There's a whole genre of English manor-house comedies, as though there were something inherently funny about rich people in a rural setting. When Americans do this, they come up with Green Acres. For the English, it's programs and films like To the Manor Born, Cold Comfort Farm and Peter's Friends.
While our British cousins birthed us, they clearly lack our understanding of the humor inherent in treating a pig like a citizen.
But they do understand dry, understated comedy. Easy Virtue, an adaptation of Noel Coward's play, does a few amusing things with the genre, but mostly it sticks politely to form and, in the manner of a good Englishman, neither excels beyond its station nor falls into disgrace.
The most interesting thing about the film is the music, a collection of bawdy rock hits redone in the style of the film's period, the 1920s, mixed together with some numbers penned by Coward himself. The cast also occasionally breaks into song, making this a semi-musical. I felt a little cheated that no full-scale music/dance numbers occurred, but it seemed like just when that was about to happen, everyone realized that it would be unseemly. This never stopped Busby Berkeley, but he was notably un-English.
The story is classic Coward: In a fading but grand country house, the matronly Mrs. Whittaker (Kristin Scott Thomas) is awaiting the return of her only son, John (Ben Barnes), who has been off either gallivanting or carousing or perhaps ambling. Shockingly, he returns home with a new bride, the Very Modern Larita (Jessica Biel), who is not only older than him, but also rather American. The scandal!
John's two sisters are strange products of sheltered country living. Hilda (Kimberley Nixon) has a punk-rock obsession with news stories of murder and depravity, which is a forward-thinking attitude to have 50 years in advance of Johnny Rotten. Meanwhile, Marion (Katherine Parkinson) remains obsessed with her lost love, who supposedly resembles Fatty Arbuckle or Joseph Stalin.
When Larita arrives, everyone is set atwitter, especially Mrs. Whittaker, who was rather used to being the only Mrs. Whittaker in the house, and to giving orders and making tasteless foodstuffs, as is right and proper. After Larita commandeers the kitchen, converses with the servants (egad!) and kills the family dog, things go poorly for her. Her saving grace is that she's entirely as good-looking as Jessica Biel. Thus, Mr. Whittaker (Colin Firth), who, unlike his wife, never had surgery to implant a broomstick up his bumhole, takes a fancy to her.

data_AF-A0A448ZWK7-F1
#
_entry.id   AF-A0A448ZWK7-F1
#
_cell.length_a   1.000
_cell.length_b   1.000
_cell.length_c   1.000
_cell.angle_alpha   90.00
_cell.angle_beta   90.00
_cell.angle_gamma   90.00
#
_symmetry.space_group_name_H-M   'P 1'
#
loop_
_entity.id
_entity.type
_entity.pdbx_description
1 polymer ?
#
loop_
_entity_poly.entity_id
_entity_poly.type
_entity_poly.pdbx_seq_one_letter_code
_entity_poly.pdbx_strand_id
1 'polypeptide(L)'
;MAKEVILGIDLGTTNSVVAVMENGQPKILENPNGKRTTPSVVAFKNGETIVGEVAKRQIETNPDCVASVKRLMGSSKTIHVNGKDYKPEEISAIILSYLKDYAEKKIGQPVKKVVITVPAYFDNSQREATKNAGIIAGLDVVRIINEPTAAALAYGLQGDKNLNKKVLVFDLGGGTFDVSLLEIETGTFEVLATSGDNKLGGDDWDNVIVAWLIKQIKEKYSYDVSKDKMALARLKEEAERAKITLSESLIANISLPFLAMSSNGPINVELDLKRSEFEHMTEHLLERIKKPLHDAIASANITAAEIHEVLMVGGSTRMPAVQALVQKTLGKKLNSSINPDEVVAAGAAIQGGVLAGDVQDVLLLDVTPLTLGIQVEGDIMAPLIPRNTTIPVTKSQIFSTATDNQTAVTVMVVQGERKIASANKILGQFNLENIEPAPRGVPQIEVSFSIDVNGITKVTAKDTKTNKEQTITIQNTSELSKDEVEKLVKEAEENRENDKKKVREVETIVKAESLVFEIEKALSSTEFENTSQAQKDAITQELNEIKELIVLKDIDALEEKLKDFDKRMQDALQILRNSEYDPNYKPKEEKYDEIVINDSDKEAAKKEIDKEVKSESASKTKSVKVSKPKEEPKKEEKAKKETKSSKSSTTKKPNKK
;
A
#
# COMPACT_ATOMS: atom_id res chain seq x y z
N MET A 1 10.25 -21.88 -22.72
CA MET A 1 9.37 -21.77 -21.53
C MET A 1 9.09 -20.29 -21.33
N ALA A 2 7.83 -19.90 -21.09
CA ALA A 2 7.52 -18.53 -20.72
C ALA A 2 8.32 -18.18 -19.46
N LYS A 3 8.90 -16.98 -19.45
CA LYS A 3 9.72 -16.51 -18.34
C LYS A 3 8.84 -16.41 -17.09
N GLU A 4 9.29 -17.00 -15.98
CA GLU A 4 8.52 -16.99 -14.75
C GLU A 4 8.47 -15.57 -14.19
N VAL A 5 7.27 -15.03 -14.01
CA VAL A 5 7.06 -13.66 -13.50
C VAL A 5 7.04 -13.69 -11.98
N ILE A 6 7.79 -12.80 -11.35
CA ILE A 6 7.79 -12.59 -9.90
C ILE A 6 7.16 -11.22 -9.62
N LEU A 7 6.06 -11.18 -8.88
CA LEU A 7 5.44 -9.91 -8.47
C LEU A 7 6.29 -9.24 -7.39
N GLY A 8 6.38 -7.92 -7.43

From there, things become very predictable, which is, I guess, how the English like things. Well, predictable and flavorless, but the film is luckily not the latter. Coward's wit comes through at times, but not in the rapid-fire manner of his later plays. There are a few flashes of verbal brilliance, and Biel is surprisingly good at pulling off the lines, but there are also stretches without any repartee.
These are filled with some physical comedy, including a knickerless dance number. (Sadly, it's not Ms. Biel going knickerless, but at least knickers are shucked, which is how knickers are best treated during a cancan.) Things move along smoothly while the scandals mount, motorcycles roar through a fox hunt, and the servants speak dryly and with levity. Kris Marshall is the scene-stealer as Furber the butler, who does that peculiarly English thing wherein the most ordinary sentence uttered in the most ordinary manner becomes simultaneously a put-down, a celebration and an example of irony.
If the film has a flaw, it's that it's a little too understated, which is odd, considering that the director, Stephan Elliott, is best-known for The Adventures of Priscilla, Queen of the Desert. Martin Kenzie's cinematography is gorgeous but dull. He makes the most of the English countryside and Biel, the two of which seem to be in a sort of beauty one-upmanship contest, but most of the shots are textbook, with standard framing and perfectly even lighting. Pretty and technically adept, but not arresting.
Still, in spite of not living up to its potential, Easy Virtue is a smooth ride for its brief 93 minutes. There's no waste, and even as everything happens as it seems it must, the film holds exactly the degree of excitement and interest needed to keep one from pulling the gold watch from one's fob, gazing through one's pince-nez, and sighing in hopes of a soon-to-come ending. Indeed, not once did I think of going for my fob. And that, in itself, is an achievement, if an unprepossessing one. Thus, quite English: The job was done well, but not so well as to make others feel bad about themselves.